David Garrick
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Catch Fever Gives You All You Need On New EP

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Catch Fever. Photo: Trish Badger


If you make music that’s worth hearing, then the way you present it to the world shouldn’t really matter.  Based on the first time I saw Houston’s Catch Fever perform in early 2024, and later when I heard their debut release, Shiny Eyes, they were essentially just three guys trying like hell to make a dent in the Houston music scene.  When they worked on their contribution to the first SugarHill compilation, NextWave, it became clear the band was moving in a different direction.  When Catch Fever lost their drummer while the band was planning to release a new album and subsequently tour, something amazing happened.  For most bands, the option to soldier on with a new drummer or disband completely would be the only two courses of action on their radar.  However, for Catch Fever, there was a third option, which leads us to where we are today: finding the band performing as a two-piece.  That album, aptly titled You Have All You Need, is an example of perseverance and determination coupled with catchy songwriting and hooks you can’t shake.  Free Press Houston was lucky enough to get the chance to debut the EP in its entirety.



The five-song EP, which clocks in at just a little over the seventeen minute mark, showcases the depth that these two bring to the table when they kick things off with the head bopping nature of “Lost Love.”  The muddy, fuzz-induced bassline that steers alongside synthetic beats and a deep drum tone is hard to forget.  The catchy and memorable lyrics behind the chorus almost create an anthemic chant that emanates inside your head as the song snaps along at a speedy pace.  The duo’s use of dual vocals and backing vocal tracks keeps the energy high while you head bop with each note.  They follow this with the darker and slower speed of “I Should Have.” The distorted guitar alongside clicky beats don’t deter from the sole vocal track, pierced by a lone piano that just amplifies the song’s likeable sound.  If this is these two going the route of the ballad, they definitely found a new way to construct it.  There are moments where the track is closer to a slow jam than a pop song, and definitely different from anything the band had done in the past.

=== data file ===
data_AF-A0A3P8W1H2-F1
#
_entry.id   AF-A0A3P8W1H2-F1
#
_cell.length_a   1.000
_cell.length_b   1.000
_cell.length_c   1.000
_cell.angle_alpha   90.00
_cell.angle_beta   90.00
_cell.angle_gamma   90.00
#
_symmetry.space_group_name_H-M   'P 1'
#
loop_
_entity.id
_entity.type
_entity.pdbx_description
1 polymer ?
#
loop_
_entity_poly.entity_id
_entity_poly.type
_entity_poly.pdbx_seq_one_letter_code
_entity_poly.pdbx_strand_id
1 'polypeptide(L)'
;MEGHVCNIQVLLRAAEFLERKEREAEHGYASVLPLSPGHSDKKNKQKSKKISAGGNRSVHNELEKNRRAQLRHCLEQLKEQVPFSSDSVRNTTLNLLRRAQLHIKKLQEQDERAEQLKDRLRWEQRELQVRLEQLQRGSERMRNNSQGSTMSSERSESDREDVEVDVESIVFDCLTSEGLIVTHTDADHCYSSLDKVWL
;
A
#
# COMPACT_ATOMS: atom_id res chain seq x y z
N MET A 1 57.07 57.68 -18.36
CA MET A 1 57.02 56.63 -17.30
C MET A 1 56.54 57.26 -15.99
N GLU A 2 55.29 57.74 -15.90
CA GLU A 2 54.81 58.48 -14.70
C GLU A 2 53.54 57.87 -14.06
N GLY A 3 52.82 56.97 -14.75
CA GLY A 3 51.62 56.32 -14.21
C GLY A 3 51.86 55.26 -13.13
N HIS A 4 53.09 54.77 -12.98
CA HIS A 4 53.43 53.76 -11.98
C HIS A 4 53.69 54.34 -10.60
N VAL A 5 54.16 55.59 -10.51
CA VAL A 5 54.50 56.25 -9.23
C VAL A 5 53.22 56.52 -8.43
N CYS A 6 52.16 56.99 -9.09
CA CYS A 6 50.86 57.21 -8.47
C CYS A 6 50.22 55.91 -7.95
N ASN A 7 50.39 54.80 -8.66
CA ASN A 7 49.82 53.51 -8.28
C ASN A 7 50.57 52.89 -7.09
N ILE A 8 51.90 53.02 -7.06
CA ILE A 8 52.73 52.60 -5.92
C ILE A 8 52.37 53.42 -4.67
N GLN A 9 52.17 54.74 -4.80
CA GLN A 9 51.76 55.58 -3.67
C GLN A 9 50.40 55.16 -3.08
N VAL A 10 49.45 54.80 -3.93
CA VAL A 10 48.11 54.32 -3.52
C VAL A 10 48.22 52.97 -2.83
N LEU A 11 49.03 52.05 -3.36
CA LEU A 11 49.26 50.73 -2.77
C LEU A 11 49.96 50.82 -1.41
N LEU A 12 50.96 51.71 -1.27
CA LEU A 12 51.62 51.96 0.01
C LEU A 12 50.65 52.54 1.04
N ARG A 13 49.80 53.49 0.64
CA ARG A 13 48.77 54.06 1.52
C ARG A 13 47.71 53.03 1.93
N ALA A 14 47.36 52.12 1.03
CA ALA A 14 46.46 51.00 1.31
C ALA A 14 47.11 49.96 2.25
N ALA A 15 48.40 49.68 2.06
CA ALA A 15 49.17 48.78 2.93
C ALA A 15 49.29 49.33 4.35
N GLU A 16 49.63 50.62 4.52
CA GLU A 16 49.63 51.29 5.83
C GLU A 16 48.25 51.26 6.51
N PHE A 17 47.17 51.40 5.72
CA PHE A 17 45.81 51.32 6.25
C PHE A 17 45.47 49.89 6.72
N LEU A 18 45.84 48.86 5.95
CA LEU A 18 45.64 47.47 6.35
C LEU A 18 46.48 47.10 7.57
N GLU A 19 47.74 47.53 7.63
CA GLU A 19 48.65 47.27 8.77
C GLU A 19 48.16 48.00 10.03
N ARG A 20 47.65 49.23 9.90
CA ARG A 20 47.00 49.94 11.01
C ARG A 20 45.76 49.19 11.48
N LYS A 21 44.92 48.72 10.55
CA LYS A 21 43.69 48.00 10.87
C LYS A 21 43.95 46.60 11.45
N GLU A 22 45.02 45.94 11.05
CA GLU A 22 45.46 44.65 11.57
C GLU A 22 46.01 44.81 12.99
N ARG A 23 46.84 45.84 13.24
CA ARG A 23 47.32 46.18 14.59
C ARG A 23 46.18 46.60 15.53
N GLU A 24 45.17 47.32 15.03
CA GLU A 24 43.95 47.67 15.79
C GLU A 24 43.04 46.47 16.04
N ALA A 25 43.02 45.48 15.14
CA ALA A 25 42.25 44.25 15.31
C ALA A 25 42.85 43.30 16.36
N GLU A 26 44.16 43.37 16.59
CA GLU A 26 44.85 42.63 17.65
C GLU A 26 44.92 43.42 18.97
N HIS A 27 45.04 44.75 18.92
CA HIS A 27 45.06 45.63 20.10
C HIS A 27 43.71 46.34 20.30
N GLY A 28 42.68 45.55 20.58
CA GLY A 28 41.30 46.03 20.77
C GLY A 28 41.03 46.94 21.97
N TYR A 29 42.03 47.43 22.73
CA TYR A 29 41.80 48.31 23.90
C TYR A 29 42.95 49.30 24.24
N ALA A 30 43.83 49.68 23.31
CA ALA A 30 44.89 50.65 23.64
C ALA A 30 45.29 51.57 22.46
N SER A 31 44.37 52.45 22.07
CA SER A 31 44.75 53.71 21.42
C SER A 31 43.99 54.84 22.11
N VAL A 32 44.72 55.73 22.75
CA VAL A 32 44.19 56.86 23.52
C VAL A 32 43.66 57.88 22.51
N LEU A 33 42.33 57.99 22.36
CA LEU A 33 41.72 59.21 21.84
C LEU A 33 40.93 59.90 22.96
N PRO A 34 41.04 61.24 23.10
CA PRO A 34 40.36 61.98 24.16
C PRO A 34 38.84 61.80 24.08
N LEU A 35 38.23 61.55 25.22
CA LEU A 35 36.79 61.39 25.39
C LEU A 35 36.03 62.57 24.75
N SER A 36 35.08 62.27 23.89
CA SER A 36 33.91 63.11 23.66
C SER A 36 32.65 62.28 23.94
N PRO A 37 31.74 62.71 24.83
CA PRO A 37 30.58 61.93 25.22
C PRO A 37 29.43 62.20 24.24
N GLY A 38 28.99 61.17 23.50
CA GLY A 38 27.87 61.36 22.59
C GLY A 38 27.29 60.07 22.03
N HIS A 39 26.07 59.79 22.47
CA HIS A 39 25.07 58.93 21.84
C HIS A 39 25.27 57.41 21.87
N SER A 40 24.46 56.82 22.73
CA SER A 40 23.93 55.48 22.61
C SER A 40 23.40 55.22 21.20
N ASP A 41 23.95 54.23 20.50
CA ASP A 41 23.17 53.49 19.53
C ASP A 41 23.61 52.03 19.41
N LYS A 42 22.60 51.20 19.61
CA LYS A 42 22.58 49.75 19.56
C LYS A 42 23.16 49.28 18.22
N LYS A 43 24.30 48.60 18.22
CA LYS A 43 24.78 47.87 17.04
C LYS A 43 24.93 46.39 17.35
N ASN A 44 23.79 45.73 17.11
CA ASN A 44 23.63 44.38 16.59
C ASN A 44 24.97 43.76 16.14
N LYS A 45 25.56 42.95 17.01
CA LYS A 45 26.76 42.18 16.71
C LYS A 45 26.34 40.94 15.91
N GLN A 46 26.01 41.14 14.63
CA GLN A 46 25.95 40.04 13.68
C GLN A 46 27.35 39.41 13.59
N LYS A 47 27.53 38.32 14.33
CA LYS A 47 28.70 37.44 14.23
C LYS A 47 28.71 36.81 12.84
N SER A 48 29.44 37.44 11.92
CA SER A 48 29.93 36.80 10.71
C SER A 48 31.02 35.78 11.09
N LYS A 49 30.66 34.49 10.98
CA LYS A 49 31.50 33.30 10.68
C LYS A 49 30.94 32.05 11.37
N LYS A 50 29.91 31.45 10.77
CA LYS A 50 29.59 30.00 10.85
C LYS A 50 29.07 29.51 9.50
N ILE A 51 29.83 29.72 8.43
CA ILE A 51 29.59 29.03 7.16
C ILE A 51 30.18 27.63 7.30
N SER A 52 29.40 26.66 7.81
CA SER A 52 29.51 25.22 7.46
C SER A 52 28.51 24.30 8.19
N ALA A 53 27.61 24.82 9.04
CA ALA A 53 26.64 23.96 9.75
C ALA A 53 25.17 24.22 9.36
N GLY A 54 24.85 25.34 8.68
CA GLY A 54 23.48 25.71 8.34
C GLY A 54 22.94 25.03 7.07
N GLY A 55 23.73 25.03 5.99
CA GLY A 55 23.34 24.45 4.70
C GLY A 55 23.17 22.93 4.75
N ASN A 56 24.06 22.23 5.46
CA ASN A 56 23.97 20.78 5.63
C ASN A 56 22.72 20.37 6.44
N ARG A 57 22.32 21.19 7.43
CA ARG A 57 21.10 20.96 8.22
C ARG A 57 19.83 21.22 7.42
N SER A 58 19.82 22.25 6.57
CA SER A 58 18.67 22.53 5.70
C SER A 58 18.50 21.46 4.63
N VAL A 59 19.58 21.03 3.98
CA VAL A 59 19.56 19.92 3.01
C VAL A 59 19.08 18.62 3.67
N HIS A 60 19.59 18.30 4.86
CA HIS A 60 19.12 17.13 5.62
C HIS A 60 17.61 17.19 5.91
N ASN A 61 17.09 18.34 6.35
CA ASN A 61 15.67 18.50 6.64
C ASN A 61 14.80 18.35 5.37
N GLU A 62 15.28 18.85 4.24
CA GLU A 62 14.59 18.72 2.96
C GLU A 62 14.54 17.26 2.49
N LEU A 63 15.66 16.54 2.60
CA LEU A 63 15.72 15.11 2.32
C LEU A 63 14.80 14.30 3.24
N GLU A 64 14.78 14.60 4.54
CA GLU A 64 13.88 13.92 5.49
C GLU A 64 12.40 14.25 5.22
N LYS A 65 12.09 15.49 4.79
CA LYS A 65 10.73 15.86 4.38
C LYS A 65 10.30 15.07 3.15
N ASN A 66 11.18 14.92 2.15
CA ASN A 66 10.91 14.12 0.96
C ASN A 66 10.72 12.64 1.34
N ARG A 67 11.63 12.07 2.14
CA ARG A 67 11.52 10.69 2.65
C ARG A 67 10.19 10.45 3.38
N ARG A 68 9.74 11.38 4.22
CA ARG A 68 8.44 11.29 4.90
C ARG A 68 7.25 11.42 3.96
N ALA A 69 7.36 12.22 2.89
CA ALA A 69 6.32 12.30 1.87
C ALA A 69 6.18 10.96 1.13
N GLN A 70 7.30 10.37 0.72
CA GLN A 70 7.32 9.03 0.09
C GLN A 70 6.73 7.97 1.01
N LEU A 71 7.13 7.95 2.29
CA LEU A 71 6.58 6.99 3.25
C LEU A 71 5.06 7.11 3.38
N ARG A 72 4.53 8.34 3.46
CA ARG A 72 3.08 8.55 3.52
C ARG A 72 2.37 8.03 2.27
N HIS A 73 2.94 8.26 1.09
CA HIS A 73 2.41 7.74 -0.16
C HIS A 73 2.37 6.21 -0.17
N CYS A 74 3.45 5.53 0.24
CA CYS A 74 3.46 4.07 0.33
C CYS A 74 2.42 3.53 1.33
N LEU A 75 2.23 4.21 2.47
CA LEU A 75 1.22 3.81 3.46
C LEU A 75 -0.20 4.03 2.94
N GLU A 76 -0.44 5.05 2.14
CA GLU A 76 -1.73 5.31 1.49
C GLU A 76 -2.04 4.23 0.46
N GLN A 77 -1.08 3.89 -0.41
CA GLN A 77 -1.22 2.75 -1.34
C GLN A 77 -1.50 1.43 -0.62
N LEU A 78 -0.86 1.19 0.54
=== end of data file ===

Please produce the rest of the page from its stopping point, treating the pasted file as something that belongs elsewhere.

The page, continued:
The third song keeps the mixture of electronics and live instruments going on “Eyes On The Stars.”  There’s an almost swooning quality to how singer Taylor Huffman sings in such a heartfelt manner, before Josh Wilson adds a chanting backing vocal.  However, it’s the fourth song, “Our Turn, Our Time,” that not only hearkens back to the band’s earlier sound, but also provides the standout sound of the five tracks.  Though the band employs electronics on the song, they keep those drums and guitar perfectly timed, keeping them in the pop rock genre without sounding lifted or dated.  The band closes things off with the piano heavy intimacy of “Some Things Never Change.”  Though this soft, slower pace veers far from what these guys have done in the past, they actually shine on the track, adding strings to the keys paired with Huffman’s singular vocals.  The songwriting here shows a growth that so many bands in today’s music world never seem to achieve.  The song never picks up its pace, but it works and it’s the best way to end such a diversely crafted album.


Found exclusively here, the EP — which was co-produced by Justin Nava and engineered by Kevin Butler and mastered by Emily Lazar — really shows how far these guys have come since their debut. If you couple that with the fact that they had to completely reinvent how they perform, you’re left with an album full of determined ability and masterful craftsmanship.  You can grab your own physical copy of You Have All You Need when Catch Fever performs at their album release party at Raven Tower on Saturday May 28th.  The all ages show will also feature sets from Austin’s Mobley, The Beans, and Kay Weathers with doors at 7 pm and tickets between $10 and $13.